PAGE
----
The American Pictorial Home Book
or Housekeeper's Encyclopedia - online book

A reference manual of household management in Victorian times.

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strain while hot through a cloth, then mix together 10 drops each of oil of sassafras and spruce and add it to the decoction; let it stand till cold, and then add 1-2 cup of yeast and 1-2 pound of brown sugar or molasses. After 12 hours in the jar, closely covered, draw off and bottle. Drink plentifully with ice in it in summer.
For Jaundice.—French physician.—Drink strong water in which carrots have been boiled, instead of water, and eat the carrots.
eggs in hot water until they are thoroughly warm, without suffering the whites to get hard, then make a small hole in the top of each, pour off the whites as expeditiously as possible, and fill up the eggs with rose water, powdered sugar and cinnamon ; warm them again in the embers or stove and eat them as soon as sufficiently done. This may be taken twice a days will be found very strengthening.
Lemon in Consumption.—London Lancet.—Put a dozen lemons in cold water and bring to a boil; boil slowly until the lemons are soft, but not too soft; then squeeze until all the juice is extracted; add sugar to your taste and drink. In this way use i dozen lemons a day. If they cause pain or loosen the bowels too much, lessen the quantity to 5 or 6 a day, until you are better, and then begin again with a dozen a day. After using 5 or 6 dozen the patient will begin to gain flesh and enjoy food. Hold on to the lemons and still use them very freely for several weeks more. A free use ol lemon or lime juice will always relieve a cough. Most people feel poorly in the spring, but if they eat a lemon before breakfast every day for a week, with or without sugar, as they like, they will find it better than any medicine. Lemon juice used according to the above recipe will sometimes cure consumption, and is good for en­feebled persons. It certainly is "not bad to take," besides possess­ing the negative virtue that " it will do no harm, if it does no good."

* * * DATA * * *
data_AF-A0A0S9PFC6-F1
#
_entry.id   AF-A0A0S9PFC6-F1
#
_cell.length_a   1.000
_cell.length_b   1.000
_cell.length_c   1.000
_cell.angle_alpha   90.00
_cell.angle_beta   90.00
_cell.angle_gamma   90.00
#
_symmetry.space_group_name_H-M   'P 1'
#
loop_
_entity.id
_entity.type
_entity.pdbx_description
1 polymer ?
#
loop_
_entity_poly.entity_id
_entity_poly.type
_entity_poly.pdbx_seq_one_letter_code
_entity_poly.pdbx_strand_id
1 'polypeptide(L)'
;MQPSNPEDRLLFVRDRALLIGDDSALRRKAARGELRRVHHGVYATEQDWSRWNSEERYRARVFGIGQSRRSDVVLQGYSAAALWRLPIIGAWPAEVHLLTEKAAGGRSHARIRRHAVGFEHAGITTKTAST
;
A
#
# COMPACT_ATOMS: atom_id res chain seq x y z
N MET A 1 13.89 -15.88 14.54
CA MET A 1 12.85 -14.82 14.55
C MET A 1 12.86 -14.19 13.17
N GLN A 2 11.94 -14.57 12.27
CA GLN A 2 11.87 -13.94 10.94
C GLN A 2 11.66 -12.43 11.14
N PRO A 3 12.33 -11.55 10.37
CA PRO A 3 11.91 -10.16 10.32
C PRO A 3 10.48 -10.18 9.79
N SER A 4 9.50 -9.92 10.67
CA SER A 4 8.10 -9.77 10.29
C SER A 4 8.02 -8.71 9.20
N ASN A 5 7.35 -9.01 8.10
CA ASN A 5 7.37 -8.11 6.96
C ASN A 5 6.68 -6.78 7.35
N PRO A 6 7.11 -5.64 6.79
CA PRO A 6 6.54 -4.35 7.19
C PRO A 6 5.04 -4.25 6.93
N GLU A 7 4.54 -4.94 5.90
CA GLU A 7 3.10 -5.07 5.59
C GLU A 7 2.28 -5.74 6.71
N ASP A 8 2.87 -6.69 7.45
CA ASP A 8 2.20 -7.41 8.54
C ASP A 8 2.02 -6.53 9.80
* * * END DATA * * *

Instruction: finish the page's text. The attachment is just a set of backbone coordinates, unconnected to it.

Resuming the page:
Food for Consumption.—Strong mullen tea sweetened* with brown sugar, and drink freely for 6 months. It is good for the blood, and strengthens the system.
N. B. Gather it in July, dry it in the shade, and keep in clean paper bags.
Pulmonary Disease.—Go early in the morning, and when the pine bushes begin to put out tender buds, eat the buds on a fasting stomach. The taste is a little acidulous and not unpleasant. The resinous oil contained in the pine buds will do good to weak lungs. The tea of these is good, closely bottled, with a little Holland gin